BCS Conference 2022 Highlights: Improving embolic stroke risk prediction by left atrial 4D flow

By Dr. Oliver Jones

Key Points:

  • AF is a major risk factor for embolic stroke, but CHA2DS2VASc performs only modestly as a predictor of stroke – low risk patients are not routinely recommended OAC, but incident ischaemic stroke events range from 0.2% to 6.6% in this group.
  • Additionally, up to 20% of embolic strokes occur in the absence of AF or any other identifiable cause/
  • LA vorticity, a novel imaging biomarker of LA stasis using CMR 4D flow, was shown at the BCS Conference 2022 to be associated with increased risk of embolic stroke in a cross-sectional study
  • LA vorticity may help reclassify patients into higher risk groups, therefore identifying patients who would benefit from OAC

Atrial fibrillation, blood flow velocity, and embolic stroke

Atrial fibrillation (AF) is a major risk factor for embolic stroke. Low blood flow velocities within the fibrillating left atrium (LA) are thought to predispose to activation of the coagulation cascade and local thrombus formation, with consequent higher risk of cardioembolic stroke.

However, not all patients with AF are at risk of developing a stroke. International guidelines recommend oral anticoagulation (OAC) for patients in AF based on the presence of clinical risk factors including heart failure, hypertension, age, diabetes mellitus, prior stroke, vascular disease, and sex category, which are the components of the CHA2DS2VASc score. Patients in AF with a non-sex CHA2DS2VASc score < 2 are not routinely recommended OAC, although there are reports of incident ischaemic stroke events in this subgroup ranging from 0.2% to 6.6% in published cohort studies. The main reason behind this seems to be the relatively modest performance of CHA2DS2VASc score alone as a risk-predictor. This implies that novel biomarkers of stroke risk are needed.

Furthermore, up to 20% of embolic strokes occur in the absence of AF or any other identifiable cause. There is a possibility that patients without AF may have pro-thrombotic LA flow changes which may lead to embolic brain infarcts even in the absence of AF.

A novel imaging biomarker

For the 2022 BCS Conference Young Investigators Award Competition, Dr Marco Spartera presented a novel risk-prediction imaging biomarker using cardiac magnetic resonance (CMR) 4D flow as a predictor of LA stasis and embolic stroke risk.

CMR 4D flow was instrumented to quantify LA vorticity, a mathematical function which expresses in radians/second the tendency of blood flow to rotate within the LA. This novel biomarker stems from five years of technical development work at the University of Oxford, where Dr Spartera led the development of a LA 4D flow post-processing tool which is now open source and available on the Oxford Research Archive website. Previously published technical work from the same group has shown LA vorticity to be a temporally stable imaging biomarker with a good reproducibility profile.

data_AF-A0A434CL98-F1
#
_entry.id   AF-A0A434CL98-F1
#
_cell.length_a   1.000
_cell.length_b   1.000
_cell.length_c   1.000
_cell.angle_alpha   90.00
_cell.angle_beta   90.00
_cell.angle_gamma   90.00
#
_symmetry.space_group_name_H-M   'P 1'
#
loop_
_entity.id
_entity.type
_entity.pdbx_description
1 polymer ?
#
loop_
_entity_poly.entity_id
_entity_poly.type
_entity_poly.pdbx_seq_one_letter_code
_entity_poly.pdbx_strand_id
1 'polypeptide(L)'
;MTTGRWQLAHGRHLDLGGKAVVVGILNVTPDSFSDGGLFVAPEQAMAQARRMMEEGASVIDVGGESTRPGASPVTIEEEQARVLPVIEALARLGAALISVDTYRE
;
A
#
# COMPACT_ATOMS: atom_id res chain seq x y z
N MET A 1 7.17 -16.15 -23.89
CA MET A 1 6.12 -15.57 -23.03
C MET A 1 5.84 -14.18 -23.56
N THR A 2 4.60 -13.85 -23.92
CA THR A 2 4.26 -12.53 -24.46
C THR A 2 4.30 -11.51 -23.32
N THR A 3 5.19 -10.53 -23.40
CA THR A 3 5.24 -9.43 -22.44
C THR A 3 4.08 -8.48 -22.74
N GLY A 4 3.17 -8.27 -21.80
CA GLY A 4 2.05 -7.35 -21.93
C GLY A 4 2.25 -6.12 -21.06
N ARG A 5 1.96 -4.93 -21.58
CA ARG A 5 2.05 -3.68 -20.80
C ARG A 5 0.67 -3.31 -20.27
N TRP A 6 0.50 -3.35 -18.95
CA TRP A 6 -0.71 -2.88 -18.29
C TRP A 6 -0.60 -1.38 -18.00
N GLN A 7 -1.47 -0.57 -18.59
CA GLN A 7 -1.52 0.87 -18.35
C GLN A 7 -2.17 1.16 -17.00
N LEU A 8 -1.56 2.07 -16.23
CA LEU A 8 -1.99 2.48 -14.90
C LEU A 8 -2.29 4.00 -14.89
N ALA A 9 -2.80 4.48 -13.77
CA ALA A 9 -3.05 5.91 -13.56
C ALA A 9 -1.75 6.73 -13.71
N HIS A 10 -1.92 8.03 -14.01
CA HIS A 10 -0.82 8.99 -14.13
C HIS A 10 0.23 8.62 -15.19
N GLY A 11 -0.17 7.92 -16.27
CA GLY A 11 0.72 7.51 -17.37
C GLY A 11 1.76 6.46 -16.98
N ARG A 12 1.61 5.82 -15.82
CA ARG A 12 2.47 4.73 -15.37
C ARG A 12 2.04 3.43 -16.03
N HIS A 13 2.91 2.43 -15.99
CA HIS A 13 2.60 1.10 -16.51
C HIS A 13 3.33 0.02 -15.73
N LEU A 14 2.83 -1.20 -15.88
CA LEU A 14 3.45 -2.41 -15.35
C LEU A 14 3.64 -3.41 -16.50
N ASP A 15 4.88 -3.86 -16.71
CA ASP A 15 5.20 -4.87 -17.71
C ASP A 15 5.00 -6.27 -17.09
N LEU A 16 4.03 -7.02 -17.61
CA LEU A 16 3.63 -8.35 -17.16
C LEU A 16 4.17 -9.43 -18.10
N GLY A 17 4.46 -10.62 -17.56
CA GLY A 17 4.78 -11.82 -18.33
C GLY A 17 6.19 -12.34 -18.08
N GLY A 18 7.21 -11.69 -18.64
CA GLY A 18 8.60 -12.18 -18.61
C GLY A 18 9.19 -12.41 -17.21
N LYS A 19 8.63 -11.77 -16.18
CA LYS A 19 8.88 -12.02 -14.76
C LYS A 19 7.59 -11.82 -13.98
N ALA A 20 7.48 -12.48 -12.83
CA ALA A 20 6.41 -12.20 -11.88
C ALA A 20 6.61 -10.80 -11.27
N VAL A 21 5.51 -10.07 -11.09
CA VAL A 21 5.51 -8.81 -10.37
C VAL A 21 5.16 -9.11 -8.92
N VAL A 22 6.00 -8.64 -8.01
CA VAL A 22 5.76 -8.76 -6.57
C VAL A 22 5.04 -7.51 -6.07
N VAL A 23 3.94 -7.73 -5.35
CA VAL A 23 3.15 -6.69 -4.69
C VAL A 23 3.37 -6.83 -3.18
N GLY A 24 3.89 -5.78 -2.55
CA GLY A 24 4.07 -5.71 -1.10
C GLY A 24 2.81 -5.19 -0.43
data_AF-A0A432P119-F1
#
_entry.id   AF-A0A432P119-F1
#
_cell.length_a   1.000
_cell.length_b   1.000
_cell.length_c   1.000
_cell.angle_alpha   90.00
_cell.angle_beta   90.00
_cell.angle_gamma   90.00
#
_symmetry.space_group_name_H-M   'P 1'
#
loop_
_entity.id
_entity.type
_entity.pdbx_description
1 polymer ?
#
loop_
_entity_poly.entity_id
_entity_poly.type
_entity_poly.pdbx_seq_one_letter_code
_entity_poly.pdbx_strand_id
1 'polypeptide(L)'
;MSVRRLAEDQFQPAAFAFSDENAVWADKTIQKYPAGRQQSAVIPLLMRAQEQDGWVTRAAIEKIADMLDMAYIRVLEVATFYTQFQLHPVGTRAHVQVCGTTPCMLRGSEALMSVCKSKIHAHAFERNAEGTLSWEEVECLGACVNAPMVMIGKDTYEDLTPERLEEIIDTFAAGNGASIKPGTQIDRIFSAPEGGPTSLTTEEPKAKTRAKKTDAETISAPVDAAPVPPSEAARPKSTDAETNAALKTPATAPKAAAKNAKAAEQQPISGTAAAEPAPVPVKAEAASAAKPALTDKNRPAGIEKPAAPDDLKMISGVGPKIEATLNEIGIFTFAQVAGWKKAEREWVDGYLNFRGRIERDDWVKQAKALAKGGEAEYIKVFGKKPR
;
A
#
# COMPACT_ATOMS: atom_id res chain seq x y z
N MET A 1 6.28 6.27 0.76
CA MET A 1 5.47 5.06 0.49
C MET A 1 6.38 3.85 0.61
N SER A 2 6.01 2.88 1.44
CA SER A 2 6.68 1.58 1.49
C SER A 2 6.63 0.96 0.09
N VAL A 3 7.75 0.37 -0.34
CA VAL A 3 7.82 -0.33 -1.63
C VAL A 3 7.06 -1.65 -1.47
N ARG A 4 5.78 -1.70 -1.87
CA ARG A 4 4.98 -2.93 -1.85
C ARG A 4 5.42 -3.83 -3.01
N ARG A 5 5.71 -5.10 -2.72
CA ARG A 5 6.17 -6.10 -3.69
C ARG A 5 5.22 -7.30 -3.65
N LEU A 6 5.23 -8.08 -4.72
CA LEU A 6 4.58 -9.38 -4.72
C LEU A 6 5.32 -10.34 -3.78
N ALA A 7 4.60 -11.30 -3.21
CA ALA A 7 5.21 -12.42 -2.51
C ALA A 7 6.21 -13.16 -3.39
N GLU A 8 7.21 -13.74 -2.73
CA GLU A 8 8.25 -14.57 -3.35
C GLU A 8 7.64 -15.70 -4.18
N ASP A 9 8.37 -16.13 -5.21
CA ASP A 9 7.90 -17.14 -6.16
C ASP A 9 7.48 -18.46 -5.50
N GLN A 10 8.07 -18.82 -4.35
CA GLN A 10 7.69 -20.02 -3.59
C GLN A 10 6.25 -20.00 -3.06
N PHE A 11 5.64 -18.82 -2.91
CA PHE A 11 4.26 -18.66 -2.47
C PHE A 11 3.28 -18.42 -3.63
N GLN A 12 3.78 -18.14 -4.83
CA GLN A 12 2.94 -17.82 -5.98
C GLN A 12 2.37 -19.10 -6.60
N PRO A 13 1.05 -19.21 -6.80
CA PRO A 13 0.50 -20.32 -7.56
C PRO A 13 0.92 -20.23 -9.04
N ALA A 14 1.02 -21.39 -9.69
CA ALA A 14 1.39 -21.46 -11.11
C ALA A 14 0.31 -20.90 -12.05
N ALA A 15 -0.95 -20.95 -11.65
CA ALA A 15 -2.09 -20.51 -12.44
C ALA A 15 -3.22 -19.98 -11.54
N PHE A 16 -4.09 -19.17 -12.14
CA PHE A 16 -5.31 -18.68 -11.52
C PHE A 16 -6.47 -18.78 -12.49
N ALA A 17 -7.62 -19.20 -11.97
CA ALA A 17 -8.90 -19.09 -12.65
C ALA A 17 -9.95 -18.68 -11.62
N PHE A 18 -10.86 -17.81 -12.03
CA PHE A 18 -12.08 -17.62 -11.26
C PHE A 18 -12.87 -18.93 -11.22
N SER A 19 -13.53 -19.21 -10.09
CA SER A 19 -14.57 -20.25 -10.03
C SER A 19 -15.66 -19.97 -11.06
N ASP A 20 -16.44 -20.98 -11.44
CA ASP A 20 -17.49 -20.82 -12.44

Improving prediction of embolic stroke

In this latest cross-sectional study, a total of 134 patients underwent a CMR and brain magnetic resonance imaging (MRI), and 29% of patients displayed at least 1 embolic brain infarct on the brain MRI. The principal finding was that, in both AF and sinus rhythm, the risk of embolic brain infarct roughly doubled for each standard deviation reduction in LA vorticity. This relationship was preserved even after adjusting for rhythm, CHA2DS2VASc score, and other clinical and imaging factors.

Dr Spartera also pointed out that this finding is biologically plausible, as the typical LA flow pattern is vortical and a disruption of this pattern may impact the biomechanical function of platelets, but study of this had been neglected so far because of the lack of technology to study these phenomena.

Dr Spartera explained that in patients with low CHA2DS2VASc score, who are not routinely recommended for oral OAC, LA vorticity may help reclassify these patients into higher risk groups, therefore identifying otherwise untreated patients who would benefit from OAC.
An equally notable finding is that reduced LA vorticity also appeared to be associated with increased risk of embolic infarct in patients in sinus rhythm without AF. This raises the question of whether such patients could benefit from OAC – 20% of patients in sinus rhythm with embolic infarct have no identifiable embolic source.

Discussing his exciting findings, Dr Spartera outlined future research avenues, including randomised controlled trials of OAC in patients with reduced LA vorticity, who do not currently have a full indication for OAC.

Read more

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  2. Friberg L, Rosenqvist M, Lip GY. Evaluation of risk stratification schemes for ischaemic stroke and bleeding in 182 678 patients with atrial fibrillation: the Swedish Atrial Fibrillation cohort study. European heart journal. 2012 Jun 1;33(12):1500-10.
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  4. Spartera MS. 2020. [updated 2020; cited 2022 June 7]. Available from: https://ora.ox.ac.uk/objects/uuid:8f2910d9-44ed-4479-85b1-dbd4f06ea54c
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